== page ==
We get lots of questions about whitetail oddities, but this week’s question deer lungs is definitely a new one.
QUESTION: Over the years between myself and my oldest son, we have shot several deer and found their lungs seemed like they were pasted to the sides of their rib cage. We are from Pennsylvania and we were just wondering what if you could tell us what could cause this strange occurrence? — Don F.
ANSWER: It’s funny you should ask, because I recently encountered this for the first time on a deer in Alabama. Without hesitation, the fellow eviscerating the deer attributed it to pneumonia. Always curious about such phenomena, I did a little research and discovered the following:
Pleurisy or pleuritis is an inflammation of the pleura – the membrane that covers the lungs. One complication of this malady is pleural adhesions, where the pleura becomes adhered to the rib cage.
Pleurisy can be caused from a variety of things:
* Trauma – from stabbing or rib fracture is not rare among bucks, but probably uncommon enough that a hunter would be unlikely to encounter multiple examples.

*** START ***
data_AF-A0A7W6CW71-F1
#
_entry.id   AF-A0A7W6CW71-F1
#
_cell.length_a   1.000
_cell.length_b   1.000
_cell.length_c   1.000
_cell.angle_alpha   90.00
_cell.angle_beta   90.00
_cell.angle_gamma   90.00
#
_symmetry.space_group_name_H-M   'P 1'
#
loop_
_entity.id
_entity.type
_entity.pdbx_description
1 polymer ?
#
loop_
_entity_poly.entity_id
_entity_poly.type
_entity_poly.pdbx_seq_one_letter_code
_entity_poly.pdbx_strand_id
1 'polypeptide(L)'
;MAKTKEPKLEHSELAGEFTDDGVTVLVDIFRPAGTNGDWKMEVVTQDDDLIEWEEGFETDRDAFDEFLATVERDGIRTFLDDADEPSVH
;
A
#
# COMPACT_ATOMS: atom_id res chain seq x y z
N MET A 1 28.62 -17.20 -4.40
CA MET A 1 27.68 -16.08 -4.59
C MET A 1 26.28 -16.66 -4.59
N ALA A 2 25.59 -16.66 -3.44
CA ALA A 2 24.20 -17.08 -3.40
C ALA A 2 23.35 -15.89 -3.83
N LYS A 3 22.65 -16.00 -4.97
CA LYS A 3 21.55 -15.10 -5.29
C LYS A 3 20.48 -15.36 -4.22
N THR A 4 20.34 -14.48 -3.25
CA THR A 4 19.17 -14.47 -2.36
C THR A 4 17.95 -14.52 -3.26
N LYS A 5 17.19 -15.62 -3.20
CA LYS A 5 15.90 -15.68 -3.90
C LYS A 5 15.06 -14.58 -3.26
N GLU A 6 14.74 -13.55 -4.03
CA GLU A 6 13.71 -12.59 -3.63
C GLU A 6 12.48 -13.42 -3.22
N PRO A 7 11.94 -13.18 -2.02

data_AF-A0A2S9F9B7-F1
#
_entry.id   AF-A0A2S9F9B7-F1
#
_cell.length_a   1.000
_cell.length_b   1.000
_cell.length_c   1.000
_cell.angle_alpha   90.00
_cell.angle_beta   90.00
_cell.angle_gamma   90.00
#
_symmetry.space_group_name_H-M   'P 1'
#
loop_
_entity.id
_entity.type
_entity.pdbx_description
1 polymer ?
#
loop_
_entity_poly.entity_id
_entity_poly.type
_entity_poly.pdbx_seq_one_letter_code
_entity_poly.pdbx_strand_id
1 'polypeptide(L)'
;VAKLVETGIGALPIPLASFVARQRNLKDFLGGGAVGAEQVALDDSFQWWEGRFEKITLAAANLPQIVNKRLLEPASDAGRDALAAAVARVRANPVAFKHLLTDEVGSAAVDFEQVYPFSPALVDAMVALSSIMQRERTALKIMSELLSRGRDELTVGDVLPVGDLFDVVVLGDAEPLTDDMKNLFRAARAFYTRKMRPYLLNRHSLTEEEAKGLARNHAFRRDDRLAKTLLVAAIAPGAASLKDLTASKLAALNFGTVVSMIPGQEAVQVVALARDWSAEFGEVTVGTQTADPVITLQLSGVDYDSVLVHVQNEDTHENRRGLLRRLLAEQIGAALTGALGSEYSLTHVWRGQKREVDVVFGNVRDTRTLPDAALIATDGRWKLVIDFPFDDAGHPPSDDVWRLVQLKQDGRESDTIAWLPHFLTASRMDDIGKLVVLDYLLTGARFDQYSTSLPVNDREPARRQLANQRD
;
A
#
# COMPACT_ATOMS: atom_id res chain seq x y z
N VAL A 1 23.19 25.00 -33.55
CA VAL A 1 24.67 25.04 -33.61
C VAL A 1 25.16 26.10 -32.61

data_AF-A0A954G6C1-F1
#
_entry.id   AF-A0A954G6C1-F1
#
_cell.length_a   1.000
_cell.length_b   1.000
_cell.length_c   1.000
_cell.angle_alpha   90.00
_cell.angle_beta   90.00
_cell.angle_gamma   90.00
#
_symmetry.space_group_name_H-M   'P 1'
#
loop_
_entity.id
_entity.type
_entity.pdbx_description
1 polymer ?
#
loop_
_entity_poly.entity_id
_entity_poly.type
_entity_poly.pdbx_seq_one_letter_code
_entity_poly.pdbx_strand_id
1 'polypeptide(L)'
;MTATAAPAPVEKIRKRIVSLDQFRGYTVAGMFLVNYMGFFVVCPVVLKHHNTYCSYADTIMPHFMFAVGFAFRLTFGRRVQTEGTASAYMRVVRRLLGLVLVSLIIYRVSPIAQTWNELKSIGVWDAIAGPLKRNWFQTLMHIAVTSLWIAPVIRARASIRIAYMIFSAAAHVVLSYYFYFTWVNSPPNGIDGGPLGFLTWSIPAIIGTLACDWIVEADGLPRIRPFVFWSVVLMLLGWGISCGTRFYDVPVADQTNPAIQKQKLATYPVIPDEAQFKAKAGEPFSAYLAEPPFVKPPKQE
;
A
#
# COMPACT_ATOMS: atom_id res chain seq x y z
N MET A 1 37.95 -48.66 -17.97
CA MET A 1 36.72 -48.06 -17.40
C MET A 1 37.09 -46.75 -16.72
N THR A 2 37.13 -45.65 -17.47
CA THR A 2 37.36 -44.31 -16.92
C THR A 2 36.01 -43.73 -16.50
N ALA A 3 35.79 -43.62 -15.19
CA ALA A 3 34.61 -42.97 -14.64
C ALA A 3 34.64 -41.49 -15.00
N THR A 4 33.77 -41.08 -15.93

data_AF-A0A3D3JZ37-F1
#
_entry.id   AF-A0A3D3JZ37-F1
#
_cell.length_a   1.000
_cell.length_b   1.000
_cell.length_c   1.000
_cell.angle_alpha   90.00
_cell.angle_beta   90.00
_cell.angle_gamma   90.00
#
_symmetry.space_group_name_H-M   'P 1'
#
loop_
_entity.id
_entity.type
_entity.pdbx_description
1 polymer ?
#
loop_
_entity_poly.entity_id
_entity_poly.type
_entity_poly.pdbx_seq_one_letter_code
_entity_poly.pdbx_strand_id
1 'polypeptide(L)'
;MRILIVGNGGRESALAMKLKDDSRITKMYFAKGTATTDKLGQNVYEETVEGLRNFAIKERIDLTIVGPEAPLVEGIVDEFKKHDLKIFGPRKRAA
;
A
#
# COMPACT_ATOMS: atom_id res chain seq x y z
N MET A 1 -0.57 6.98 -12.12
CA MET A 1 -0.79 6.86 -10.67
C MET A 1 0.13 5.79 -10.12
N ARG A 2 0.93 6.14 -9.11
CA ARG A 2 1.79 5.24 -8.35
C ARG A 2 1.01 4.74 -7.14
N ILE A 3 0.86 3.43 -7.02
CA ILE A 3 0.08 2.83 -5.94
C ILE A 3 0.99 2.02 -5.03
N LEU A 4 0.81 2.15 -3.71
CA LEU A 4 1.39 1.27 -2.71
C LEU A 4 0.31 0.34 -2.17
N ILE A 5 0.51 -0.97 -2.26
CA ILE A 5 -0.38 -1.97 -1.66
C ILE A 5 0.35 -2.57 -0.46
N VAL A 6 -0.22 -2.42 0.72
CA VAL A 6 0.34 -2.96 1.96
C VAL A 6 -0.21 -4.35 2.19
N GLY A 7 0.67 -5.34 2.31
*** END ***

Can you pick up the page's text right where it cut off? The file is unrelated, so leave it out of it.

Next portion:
* Tuberculosis (TB) – Deer can contract bovine TB, but the lungs and chest cavity of infected deer usually show tan or yellow lumps.
* Hypersensitivity pneumonitis – from inhaling dust contaminated with bacterial, fungal or animal products. It’s a bit of a stretch, but not inconceivable that this could be contracted by deer being supplementally fed.
Not satisfied with any of the above answers, I asked Dr. Karl Miller at the University of Georgia Deer Lab, and he suggested it could be genetic or developmental. Given that you’ve seen several examples, I suggest the former. Maybe it’s just some rare malformation that’s passed on in your area. Bear in mind, I’m not a doctor, nor do I play one on television. This is merely my best guess — and I welcome any further insight.